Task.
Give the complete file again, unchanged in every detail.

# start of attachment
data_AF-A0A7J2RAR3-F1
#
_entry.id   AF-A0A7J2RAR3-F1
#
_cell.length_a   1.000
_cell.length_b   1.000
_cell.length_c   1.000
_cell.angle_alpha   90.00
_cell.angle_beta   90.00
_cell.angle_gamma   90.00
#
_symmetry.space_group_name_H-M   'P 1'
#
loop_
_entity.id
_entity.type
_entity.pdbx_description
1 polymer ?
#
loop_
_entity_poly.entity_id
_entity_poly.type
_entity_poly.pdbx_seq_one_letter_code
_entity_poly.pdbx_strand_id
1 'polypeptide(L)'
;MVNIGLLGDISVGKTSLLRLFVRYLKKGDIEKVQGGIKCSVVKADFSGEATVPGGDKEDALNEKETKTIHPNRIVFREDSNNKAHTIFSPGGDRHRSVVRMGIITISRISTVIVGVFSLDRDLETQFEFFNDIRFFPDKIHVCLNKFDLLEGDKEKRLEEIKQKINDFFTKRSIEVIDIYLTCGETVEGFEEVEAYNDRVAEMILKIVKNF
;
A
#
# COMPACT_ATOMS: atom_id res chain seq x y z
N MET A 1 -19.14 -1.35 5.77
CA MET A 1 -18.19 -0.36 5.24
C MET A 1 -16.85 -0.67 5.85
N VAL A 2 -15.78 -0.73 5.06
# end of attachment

data_AF-A0A7J2RAR3-F1
#
_entry.id   AF-A0A7J2RAR3-F1
#
_cell.length_a   1.000
_cell.length_b   1.000
_cell.length_c   1.000
_cell.angle_alpha   90.00
_cell.angle_beta   90.00
_cell.angle_gamma   90.00
#
_symmetry.space_group_name_H-M   'P 1'
#
loop_
_entity.id
_entity.type
_entity.pdbx_description
1 polymer ?
#
loop_
_entity_poly.entity_id
_entity_poly.type
_entity_poly.pdbx_seq_one_letter_code
_entity_poly.pdbx_strand_id
1 'polypeptide(L)'
;MVNIGLLGDISVGKTSLLRLFVRYLKKGDIEKVQGGIKCSVVKADFSGEATVPGGDKEDALNEKETKTIHPNRIVFREDSNNKAHTIFSPGGDRHRSVVRMGIITISRISTVIVGVFSLDRDLETQFEFFNDIRFFPDKIHVCLNKFDLLEGDKEKRLEEIKQKINDFFTKRSIEVIDIYLTCGETVEGFEEVEAYNDRVAEMILKIVKNF
;
A
#
# COMPACT_ATOMS: atom_id res chain seq x y z
N MET A 1 -19.14 -1.35 5.77
CA MET A 1 -18.19 -0.36 5.24
C MET A 1 -16.85 -0.67 5.85
N VAL A 2 -15.78 -0.73 5.06